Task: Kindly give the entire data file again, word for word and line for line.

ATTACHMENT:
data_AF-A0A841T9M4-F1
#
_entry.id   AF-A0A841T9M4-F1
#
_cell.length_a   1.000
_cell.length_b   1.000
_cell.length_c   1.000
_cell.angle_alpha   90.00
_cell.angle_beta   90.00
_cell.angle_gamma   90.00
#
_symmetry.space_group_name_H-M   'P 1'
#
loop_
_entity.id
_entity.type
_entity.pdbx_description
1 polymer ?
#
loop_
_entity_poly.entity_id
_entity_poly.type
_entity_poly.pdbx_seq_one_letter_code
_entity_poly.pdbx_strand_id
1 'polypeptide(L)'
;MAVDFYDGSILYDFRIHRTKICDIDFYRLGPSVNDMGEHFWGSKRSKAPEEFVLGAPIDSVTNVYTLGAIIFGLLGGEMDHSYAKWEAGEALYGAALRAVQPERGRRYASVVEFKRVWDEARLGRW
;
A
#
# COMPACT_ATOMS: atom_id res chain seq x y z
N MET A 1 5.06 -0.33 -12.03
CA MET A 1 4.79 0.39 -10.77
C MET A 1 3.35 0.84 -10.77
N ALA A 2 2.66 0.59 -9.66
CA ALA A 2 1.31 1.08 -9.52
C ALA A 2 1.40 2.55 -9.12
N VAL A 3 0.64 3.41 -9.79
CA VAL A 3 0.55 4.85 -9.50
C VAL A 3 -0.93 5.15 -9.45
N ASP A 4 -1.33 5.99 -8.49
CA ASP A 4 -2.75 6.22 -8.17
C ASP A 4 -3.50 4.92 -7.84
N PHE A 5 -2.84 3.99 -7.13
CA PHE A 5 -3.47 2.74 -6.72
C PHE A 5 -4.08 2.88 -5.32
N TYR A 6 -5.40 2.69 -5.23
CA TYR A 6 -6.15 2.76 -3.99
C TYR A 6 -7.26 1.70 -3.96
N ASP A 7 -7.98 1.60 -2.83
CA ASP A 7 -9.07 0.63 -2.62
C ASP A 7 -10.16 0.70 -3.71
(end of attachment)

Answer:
data_AF-A0A841T9M4-F1
#
_entry.id   AF-A0A841T9M4-F1
#
_cell.length_a   1.000
_cell.length_b   1.000
_cell.length_c   1.000
_cell.angle_alpha   90.00
_cell.angle_beta   90.00
_cell.angle_gamma   90.00
#
_symmetry.space_group_name_H-M   'P 1'
#
loop_
_entity.id
_entity.type
_entity.pdbx_description
1 polymer ?
#
loop_
_entity_poly.entity_id
_entity_poly.type
_entity_poly.pdbx_seq_one_letter_code
_entity_poly.pdbx_strand_id
1 'polypeptide(L)'
;MAVDFYDGSILYDFRIHRTKICDIDFYRLGPSVNDMGEHFWGSKRSKAPEEFVLGAPIDSVTNVYTLGAIIFGLLGGEMDHSYAKWEAGEALYGAALRAVQPERGRRYASVVEFKRVWDEARLGRW
;
A
#
# COMPACT_ATOMS: atom_id res chain seq x y z
N MET A 1 5.06 -0.33 -12.03
CA MET A 1 4.79 0.39 -10.77
C MET A 1 3.35 0.84 -10.77
N ALA A 2 2.66 0.59 -9.66
CA ALA A 2 1.31 1.08 -9.52
C ALA A 2 1.40 2.55 -9.12
N VAL A 3 0.64 3.41 -9.79
CA VAL A 3 0.55 4.85 -9.50
C VAL A 3 -0.93 5.15 -9.45
N ASP A 4 -1.33 5.99 -8.49
CA ASP A 4 -2.75 6.22 -8.17
C ASP A 4 -3.50 4.92 -7.84
N PHE A 5 -2.84 3.99 -7.13
CA PHE A 5 -3.47 2.74 -6.72
C PHE A 5 -4.08 2.88 -5.32
N TYR A 6 -5.40 2.69 -5.23
CA TYR A 6 -6.15 2.76 -3.99
C TYR A 6 -7.26 1.70 -3.96
N ASP A 7 -7.98 1.60 -2.83
CA ASP A 7 -9.07 0.63 -2.62
C ASP A 7 -10.16 0.70 -3.71